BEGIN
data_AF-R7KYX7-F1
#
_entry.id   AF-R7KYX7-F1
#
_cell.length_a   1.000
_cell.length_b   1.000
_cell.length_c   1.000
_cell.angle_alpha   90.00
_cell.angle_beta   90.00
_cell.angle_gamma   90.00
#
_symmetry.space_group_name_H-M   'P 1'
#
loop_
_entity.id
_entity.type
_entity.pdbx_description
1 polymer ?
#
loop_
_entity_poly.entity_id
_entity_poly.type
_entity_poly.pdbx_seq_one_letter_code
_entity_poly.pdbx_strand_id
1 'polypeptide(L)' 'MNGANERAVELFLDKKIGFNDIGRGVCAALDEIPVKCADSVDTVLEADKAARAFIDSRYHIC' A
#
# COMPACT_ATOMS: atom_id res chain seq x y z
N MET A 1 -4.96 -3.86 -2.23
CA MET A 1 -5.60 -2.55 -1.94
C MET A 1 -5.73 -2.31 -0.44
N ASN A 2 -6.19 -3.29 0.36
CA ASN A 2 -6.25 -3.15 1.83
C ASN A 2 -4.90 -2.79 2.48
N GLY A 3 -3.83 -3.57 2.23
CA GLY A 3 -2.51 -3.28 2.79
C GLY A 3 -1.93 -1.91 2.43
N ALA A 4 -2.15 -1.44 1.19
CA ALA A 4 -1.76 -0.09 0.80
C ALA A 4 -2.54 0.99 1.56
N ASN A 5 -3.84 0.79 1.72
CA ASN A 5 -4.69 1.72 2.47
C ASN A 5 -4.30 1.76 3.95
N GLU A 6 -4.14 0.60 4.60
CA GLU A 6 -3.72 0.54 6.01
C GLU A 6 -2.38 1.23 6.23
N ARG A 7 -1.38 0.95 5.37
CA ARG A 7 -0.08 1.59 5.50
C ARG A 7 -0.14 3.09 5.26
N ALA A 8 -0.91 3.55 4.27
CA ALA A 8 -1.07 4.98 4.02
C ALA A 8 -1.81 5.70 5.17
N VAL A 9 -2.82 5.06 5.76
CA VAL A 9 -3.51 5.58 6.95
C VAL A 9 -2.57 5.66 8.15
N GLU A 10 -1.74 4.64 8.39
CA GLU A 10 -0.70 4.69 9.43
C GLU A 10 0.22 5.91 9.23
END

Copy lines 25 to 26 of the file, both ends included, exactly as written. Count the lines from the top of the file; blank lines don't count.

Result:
1 'polypeptide(L)' 'MNGANERAVELFLDKKIGFNDIGRGVCAALDEIPVKCADSVDTVLEADKAARAFIDSRYHIC' A
#